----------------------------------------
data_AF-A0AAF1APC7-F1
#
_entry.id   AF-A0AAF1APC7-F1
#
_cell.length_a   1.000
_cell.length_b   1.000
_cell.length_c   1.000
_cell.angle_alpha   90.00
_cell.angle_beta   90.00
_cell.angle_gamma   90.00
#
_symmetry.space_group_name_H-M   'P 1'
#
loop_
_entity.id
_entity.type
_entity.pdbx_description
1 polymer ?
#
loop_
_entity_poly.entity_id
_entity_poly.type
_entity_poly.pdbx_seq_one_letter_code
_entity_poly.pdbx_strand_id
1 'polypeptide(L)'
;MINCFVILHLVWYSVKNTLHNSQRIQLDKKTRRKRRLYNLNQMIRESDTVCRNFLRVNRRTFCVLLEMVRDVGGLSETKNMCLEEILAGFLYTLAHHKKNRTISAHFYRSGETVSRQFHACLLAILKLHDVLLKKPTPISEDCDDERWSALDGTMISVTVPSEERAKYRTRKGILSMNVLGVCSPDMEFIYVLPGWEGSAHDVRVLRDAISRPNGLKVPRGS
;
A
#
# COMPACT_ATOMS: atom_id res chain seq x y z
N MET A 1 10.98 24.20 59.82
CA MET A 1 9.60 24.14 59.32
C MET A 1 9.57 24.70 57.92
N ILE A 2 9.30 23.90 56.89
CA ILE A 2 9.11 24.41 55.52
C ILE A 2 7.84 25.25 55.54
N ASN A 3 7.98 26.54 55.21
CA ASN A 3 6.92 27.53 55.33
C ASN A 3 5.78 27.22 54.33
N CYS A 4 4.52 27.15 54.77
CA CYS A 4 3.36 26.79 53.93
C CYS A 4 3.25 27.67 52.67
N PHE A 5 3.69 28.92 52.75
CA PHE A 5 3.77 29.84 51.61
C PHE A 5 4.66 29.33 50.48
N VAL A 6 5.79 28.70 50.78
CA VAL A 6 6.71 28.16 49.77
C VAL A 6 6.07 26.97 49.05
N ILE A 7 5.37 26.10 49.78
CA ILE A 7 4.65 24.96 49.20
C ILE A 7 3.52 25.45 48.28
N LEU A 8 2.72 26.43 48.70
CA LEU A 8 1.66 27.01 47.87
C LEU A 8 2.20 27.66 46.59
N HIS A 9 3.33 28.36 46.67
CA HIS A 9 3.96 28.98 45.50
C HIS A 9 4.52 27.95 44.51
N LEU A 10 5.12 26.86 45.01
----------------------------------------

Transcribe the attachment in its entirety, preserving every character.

data_AF-A0AAF1APC7-F1
#
_entry.id   AF-A0AAF1APC7-F1
#
_cell.length_a   1.000
_cell.length_b   1.000
_cell.length_c   1.000
_cell.angle_alpha   90.00
_cell.angle_beta   90.00
_cell.angle_gamma   90.00
#
_symmetry.space_group_name_H-M   'P 1'
#
loop_
_entity.id
_entity.type
_entity.pdbx_description
1 polymer ?
#
loop_
_entity_poly.entity_id
_entity_poly.type
_entity_poly.pdbx_seq_one_letter_code
_entity_poly.pdbx_strand_id
1 'polypeptide(L)'
;MINCFVILHLVWYSVKNTLHNSQRIQLDKKTRRKRRLYNLNQMIRESDTVCRNFLRVNRRTFCVLLEMVRDVGGLSETKNMCLEEILAGFLYTLAHHKKNRTISAHFYRSGETVSRQFHACLLAILKLHDVLLKKPTPISEDCDDERWSALDGTMISVTVPSEERAKYRTRKGILSMNVLGVCSPDMEFIYVLPGWEGSAHDVRVLRDAISRPNGLKVPRGS
;
A
#
# COMPACT_ATOMS: atom_id res chain seq x y z
N MET A 1 10.98 24.20 59.82
CA MET A 1 9.60 24.14 59.32
C MET A 1 9.57 24.70 57.92
N ILE A 2 9.30 23.90 56.89
CA ILE A 2 9.11 24.41 55.52
C ILE A 2 7.84 25.25 55.54
N ASN A 3 7.98 26.54 55.21
CA ASN A 3 6.92 27.53 55.33
C ASN A 3 5.78 27.22 54.33
N CYS A 4 4.52 27.15 54.77
CA CYS A 4 3.36 26.79 53.93
C CYS A 4 3.25 27.67 52.67
N PHE A 5 3.69 28.92 52.75
CA PHE A 5 3.77 29.84 51.61
C PHE A 5 4.66 29.33 50.48
N VAL A 6 5.79 28.70 50.78
CA VAL A 6 6.71 28.16 49.77
C VAL A 6 6.07 26.97 49.05
N ILE A 7 5.37 26.10 49.78
CA ILE A 7 4.65 24.96 49.20
C ILE A 7 3.52 25.45 48.28
N LEU A 8 2.72 26.43 48.70
CA LEU A 8 1.66 27.01 47.87
C LEU A 8 2.20 27.66 46.59
N HIS A 9 3.33 28.36 46.67
CA HIS A 9 3.96 28.98 45.50
C HIS A 9 4.52 27.95 44.51
N LEU A 10 5.12 26.86 45.01